XX-8. Formal versus informal organization of rural elites. The stereotype of the rural elite is of an informal association or network. Often it is thought to be an unconscious combining of powers. In reality, rural elite networks vary from the highly informal to the highly formal, with a great amount of overlapping among both kinds, as is true of all elite elements and the character of mens’ affiliations generally. Writing of the Chinese gentry, Haias-Tung Fei says : "A big house is an empire by itself. The members, like subjects, live under the rules and whim of the patriarch...By such a string kinship organization, the political power of the house in the logger community is secured. The members, even the servants, of the house enter the power structure of the nation with facility." This picture contrasts sharply with the situation in Denmark, for example, where an elaborate formal system of agricultural cooperatives holds political power and dominates the government for the benefit farm interests. Perhaps somewhere in between would fall French rural society, where less politically powerful syndicates of farm producers act formally in politics, where a strong family structure exists, and where the rural elite is complicated by the presence of priests, school teachers paid by the central government, elected and appointed officials, the remnants of aristocracy, doctors, lawyers, traders, and money-lenders.

Agrarian political parties are common in many countries but rarely hold power. They arise from the changes referred to earlier and tend to disappear into communist or fascist movements or the bolster over a period of time religious and centrist parties. Rarely have the leaders of an agrarian movement been able to establish permanent rule, even in a highly rural country, and to subject decisively to their power the financial and large land-holding interests they were directed against.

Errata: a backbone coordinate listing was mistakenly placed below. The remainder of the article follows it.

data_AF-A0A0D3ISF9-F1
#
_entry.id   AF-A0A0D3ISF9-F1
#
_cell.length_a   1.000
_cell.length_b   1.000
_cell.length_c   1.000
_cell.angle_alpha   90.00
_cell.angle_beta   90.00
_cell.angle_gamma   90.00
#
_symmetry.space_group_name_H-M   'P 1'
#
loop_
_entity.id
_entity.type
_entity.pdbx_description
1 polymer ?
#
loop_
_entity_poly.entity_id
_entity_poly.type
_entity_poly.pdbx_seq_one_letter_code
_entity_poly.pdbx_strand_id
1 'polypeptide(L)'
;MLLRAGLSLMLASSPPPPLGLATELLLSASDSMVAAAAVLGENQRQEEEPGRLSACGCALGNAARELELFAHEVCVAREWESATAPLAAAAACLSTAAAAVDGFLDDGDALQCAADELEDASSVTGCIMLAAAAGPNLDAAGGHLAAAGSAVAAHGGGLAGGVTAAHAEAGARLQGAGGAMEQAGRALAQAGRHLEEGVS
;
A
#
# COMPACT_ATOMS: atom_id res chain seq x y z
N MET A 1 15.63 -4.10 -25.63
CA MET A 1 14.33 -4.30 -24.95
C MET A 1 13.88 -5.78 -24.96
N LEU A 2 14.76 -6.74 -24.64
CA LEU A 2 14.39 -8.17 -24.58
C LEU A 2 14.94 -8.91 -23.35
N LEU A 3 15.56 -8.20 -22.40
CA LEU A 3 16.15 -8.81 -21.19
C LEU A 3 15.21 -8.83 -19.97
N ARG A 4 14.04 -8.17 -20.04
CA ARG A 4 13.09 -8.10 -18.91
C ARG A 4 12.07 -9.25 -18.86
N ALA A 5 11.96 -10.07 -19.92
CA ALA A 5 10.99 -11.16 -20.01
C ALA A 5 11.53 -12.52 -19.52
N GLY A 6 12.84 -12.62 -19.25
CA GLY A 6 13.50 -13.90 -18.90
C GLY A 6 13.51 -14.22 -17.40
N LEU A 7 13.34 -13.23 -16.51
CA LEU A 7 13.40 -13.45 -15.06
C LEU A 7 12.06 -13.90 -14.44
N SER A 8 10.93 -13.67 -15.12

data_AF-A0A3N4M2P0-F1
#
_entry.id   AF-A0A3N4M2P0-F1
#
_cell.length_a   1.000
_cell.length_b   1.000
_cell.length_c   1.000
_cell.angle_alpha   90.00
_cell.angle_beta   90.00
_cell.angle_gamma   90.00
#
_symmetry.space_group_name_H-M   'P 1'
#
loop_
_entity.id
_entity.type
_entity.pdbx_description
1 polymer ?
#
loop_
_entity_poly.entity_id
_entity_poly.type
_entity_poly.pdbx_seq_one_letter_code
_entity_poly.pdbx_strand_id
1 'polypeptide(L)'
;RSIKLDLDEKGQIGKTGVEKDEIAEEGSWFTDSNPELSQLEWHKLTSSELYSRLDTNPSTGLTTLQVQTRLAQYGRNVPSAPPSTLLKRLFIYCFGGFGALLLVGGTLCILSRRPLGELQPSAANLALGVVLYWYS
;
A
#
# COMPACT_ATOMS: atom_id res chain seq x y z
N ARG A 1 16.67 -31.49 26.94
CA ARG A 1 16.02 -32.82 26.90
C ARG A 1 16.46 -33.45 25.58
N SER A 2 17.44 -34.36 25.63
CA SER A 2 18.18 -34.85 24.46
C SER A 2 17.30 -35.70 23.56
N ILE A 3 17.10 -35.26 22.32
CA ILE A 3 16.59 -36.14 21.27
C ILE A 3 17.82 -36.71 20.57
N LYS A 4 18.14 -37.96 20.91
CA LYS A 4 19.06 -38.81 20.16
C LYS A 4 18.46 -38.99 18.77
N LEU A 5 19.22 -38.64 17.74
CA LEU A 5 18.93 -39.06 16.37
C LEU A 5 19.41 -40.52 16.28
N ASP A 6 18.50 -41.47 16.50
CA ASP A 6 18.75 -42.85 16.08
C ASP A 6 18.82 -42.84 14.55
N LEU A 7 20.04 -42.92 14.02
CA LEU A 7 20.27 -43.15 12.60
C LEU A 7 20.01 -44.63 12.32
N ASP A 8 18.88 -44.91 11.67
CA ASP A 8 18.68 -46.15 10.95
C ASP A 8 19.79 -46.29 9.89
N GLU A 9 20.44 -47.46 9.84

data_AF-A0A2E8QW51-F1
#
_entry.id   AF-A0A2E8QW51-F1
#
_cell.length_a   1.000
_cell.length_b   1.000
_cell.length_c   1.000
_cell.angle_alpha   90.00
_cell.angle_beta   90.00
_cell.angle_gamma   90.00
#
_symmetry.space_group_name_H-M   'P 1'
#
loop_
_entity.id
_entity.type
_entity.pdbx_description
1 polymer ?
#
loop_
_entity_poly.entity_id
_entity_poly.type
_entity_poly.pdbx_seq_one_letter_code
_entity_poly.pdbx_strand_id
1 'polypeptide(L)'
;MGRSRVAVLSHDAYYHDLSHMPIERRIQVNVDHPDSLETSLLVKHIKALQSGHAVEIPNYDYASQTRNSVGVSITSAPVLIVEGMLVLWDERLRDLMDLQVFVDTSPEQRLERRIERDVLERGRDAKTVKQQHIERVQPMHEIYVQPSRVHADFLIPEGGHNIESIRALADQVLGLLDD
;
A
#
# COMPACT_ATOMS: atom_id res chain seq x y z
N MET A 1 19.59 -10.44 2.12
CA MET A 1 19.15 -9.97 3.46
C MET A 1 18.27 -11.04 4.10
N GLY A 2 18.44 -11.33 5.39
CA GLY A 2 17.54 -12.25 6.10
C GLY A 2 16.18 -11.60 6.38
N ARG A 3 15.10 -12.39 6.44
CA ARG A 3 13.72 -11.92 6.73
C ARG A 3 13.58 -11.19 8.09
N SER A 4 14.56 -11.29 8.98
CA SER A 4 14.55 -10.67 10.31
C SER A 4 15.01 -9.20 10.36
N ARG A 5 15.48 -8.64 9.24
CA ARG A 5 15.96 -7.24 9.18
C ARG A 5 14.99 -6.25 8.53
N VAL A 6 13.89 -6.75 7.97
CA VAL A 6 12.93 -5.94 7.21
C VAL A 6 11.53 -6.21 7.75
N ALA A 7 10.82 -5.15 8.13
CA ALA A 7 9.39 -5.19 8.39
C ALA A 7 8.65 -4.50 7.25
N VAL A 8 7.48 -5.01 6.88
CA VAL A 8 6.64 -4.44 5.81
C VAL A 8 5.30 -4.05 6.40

XX-9. Rural office-holding. The constitutional structure of a state will give clues to the presence and power of rural elements. Federalism, for example, decentralizes power along territorial lines and promoted the achievement of power by land-vested interests. Many of the American countries, including the United States, show such a strong formal encouragement of rural elements and interests. Limiting recruitment of the elite by territorial apportionment accomplishes this, whether called federalism or by another name. Filling quotas of the bureaucracy or military commissions by districts would be examples. So would laws that candidates for parliament must reside in the districts from which they hope to be elected. Moreover, one should examine the representation accorded to rural interests in qualifying candidates for offices in private rule-making bodies such as conservation commissions, dairy control boards, grain exchange regulatory boards, and the like.

XX-10. Rural influences on other elite elements. A large part of any population that is not rural has rural origins. Rural origins only have lingering effects on thought and behavior but where found in concentrated form, rural background is an important determinant of rural behavior. Certain important vulnerabilities, such as the preference for psychological as against forcible conversion of the opposition, may thus be made manifest and explained. Divisive propaganda may fail because the general elite has strong rural ties. A large part of the church or military leadership may spring from rural origins, isolating them to an important extent in kin, idea, morals and behavior from other "cosmopolitan" portions of the general elite. An inquiry into the general elite’s background should determine the extent of recent ruralism within it.